What we are seeing now is that larger organizations are using multi-cloud. They’re spreading their data across multiple cloud systems. Part of that is for uptime, for redundancy, because cloud outages can be extremely impactful to an organization. So, they are spreading their data across multiple clouds. That is a big initiative for this year, especially. It started in 2021. And again, it’s grown significantly and expected to be even higher this year.
The other problem is that 40% of companies in 2021 suffered a cloud-based breach of some sort. Attackers are definitely focusing their efforts on trying to attack cloud systems, because there is a lack of visibility around cloud in general and security controls around all the infrastructure we’ve built up. Every organization is going to face a threat that’s going after their cloud-based networks and systems. That’s what we’re looking at for 2022. It is a very strong focus for attackers so be forewarned.
We’re expecting major problems at certain public cloud vendors. Invariably, there’s going to be at least one high profile attack against one of them. We haven’t seen that quite yet. We’ve seen some attacks on CloudFlare and some other ones, but we’re expecting a major one this year.
Security Teams Remain Understaffed and Overburdened
One thing that hasn’t changed unfortunately, is that security teams continue to be understaffed and overburdened. I’ve written a lot about this over time. A lot of what’s going on is that there are changes in the demographics of the workforce. We have a lot of network security experts, who came from strong networking backgrounds that are retiring quite honestly. In the beginning days of networking where we had ethernet and everything was really strong in the ’90s and 2000s. Well, a lot of that workforce is aging out and we’re getting a new set of folks that are going into (cyber) security.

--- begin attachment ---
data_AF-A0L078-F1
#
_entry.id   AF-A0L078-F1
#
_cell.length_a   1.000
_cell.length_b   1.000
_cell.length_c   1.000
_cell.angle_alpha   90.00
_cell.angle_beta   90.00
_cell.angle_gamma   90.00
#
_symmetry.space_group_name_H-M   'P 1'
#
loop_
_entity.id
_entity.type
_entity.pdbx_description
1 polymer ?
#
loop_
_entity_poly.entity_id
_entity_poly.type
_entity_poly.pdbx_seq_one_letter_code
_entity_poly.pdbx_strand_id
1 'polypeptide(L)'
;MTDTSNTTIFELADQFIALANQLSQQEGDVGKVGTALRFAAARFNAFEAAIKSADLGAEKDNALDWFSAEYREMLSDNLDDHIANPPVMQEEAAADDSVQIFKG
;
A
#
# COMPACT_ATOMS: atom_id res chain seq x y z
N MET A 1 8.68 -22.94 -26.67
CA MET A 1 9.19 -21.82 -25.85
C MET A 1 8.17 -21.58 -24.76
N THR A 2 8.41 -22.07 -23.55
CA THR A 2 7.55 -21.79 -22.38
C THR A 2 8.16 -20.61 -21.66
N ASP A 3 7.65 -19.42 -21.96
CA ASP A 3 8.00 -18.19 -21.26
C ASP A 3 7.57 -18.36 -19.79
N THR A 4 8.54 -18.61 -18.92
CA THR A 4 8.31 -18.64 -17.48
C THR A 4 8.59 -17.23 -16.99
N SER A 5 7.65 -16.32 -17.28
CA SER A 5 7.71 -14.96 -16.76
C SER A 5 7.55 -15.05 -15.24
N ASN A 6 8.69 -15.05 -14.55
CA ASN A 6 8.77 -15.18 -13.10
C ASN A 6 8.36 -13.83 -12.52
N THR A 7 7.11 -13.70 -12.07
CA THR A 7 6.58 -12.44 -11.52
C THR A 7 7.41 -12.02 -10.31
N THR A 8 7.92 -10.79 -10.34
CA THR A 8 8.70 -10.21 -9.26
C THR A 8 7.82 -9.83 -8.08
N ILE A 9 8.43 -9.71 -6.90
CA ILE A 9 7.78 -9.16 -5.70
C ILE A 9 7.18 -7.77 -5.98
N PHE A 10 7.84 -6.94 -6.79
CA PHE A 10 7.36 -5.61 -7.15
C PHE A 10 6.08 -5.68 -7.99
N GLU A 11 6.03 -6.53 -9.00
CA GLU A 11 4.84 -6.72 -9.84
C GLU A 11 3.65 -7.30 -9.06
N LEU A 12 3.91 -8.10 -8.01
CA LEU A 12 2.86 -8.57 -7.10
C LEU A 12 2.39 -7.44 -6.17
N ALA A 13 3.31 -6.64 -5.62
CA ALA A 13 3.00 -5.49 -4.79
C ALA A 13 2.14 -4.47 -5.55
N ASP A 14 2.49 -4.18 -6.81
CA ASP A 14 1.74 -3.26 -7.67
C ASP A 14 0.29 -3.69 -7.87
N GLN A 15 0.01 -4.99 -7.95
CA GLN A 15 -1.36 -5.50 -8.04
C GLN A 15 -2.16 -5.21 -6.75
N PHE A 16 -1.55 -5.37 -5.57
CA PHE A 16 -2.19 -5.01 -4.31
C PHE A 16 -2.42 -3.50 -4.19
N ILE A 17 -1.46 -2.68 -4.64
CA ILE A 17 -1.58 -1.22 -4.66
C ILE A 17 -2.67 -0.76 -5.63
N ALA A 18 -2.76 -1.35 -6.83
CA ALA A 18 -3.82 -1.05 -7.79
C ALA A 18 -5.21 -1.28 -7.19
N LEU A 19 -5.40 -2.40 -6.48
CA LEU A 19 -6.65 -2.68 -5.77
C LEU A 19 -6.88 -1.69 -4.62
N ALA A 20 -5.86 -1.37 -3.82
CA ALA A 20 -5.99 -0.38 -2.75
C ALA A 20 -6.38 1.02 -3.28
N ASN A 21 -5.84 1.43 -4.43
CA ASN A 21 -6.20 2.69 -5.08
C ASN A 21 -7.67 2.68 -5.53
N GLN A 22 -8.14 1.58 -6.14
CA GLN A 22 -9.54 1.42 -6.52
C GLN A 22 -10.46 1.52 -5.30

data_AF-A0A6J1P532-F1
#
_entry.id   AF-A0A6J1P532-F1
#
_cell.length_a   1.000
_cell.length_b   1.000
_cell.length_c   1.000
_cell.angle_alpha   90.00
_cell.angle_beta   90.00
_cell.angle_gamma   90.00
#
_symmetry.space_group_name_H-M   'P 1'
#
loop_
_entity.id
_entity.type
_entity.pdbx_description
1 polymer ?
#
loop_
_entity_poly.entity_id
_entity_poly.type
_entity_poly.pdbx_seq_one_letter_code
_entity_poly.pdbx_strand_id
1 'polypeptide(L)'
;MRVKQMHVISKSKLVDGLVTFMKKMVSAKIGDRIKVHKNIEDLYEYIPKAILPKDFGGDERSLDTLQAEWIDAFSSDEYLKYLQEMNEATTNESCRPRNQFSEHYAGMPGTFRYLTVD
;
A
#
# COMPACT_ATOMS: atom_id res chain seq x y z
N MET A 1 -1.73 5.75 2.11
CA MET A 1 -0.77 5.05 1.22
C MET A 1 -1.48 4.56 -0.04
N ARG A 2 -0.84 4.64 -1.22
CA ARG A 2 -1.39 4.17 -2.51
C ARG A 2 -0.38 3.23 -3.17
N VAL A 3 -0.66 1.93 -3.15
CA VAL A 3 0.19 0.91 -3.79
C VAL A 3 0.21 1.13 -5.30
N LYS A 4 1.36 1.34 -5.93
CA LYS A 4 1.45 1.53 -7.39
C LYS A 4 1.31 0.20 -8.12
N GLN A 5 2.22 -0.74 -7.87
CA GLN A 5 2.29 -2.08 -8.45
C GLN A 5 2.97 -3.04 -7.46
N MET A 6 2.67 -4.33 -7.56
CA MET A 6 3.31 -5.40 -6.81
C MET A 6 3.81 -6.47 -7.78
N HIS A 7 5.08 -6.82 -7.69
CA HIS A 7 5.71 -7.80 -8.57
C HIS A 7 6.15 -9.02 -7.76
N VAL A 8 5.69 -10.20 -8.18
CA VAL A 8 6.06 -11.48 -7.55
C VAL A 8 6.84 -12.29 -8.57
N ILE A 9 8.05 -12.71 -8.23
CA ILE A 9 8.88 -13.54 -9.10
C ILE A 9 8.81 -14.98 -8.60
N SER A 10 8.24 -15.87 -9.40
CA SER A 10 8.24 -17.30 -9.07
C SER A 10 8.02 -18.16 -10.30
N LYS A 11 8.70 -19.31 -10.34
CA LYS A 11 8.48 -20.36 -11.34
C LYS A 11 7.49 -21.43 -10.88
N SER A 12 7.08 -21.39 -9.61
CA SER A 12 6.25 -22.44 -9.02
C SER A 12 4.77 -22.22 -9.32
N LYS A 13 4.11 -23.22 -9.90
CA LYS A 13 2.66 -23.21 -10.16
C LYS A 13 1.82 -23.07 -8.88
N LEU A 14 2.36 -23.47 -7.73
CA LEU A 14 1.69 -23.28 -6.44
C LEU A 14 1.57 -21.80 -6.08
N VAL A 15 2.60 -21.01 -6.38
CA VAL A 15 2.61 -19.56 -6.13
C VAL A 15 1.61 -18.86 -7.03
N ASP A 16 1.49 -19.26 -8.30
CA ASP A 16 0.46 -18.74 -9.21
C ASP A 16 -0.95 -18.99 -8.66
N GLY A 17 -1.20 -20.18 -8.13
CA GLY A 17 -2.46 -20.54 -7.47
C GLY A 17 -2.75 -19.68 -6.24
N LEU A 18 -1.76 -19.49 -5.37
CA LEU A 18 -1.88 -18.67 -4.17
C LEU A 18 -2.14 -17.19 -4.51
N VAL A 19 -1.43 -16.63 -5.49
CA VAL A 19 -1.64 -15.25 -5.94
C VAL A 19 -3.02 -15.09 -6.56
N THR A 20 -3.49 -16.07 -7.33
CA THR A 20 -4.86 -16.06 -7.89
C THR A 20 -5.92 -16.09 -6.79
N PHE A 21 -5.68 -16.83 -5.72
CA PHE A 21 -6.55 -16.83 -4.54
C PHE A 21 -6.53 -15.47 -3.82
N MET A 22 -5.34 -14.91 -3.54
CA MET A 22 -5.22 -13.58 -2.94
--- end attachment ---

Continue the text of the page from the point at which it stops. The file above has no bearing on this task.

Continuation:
However, they haven’t had the same network expertise and that trial-by-fire, transitioning into security, learning about security, and growing up in that environment. A lot of them are coming fresh out of college and school, and they’re getting some great training on threats and understanding security in general, but they don’t have that practitioner experience. So that is causing some strain in terms of a lot of junior security analysts are learning in real-time in terms of how to do things and what the impact is on applications, desktops, networks, etc.
I think the other part of it too, is just finding those resources and to fill the demand for security staff. It’s very difficult. This is where we’re seeing that current teams are overburdened significantly. This is fueling, of course, the migration to more managed services. We don’t see that ending anytime soon, it’s going to continue to grow. Certainly, even large enterprises are starting to outsource portions to managed services, but it’s really key that a managed service provider deliver really strong value when organizations are migrating their security components or parts of their program to them.
Help is On the Way
Yes, it’s true – cyberattacks and cybercriminals are getting more and more sophisticated. But so are our defenses. Cybersecurity companies are really upping their game when it comes to developing and delivering real-time, automated, advanced threat detection and response capabilities. Gurucul is thrilled to be at the bleeding edge of the Machine Learning and AI-powered SOC automation front. With the right technology and processes, security teams can protect corporate data and IP from theft, destruction, and ransom.
Need help? Contact us to discuss your needs. We are highly effective in our approach to protecting your IP and corporate assets.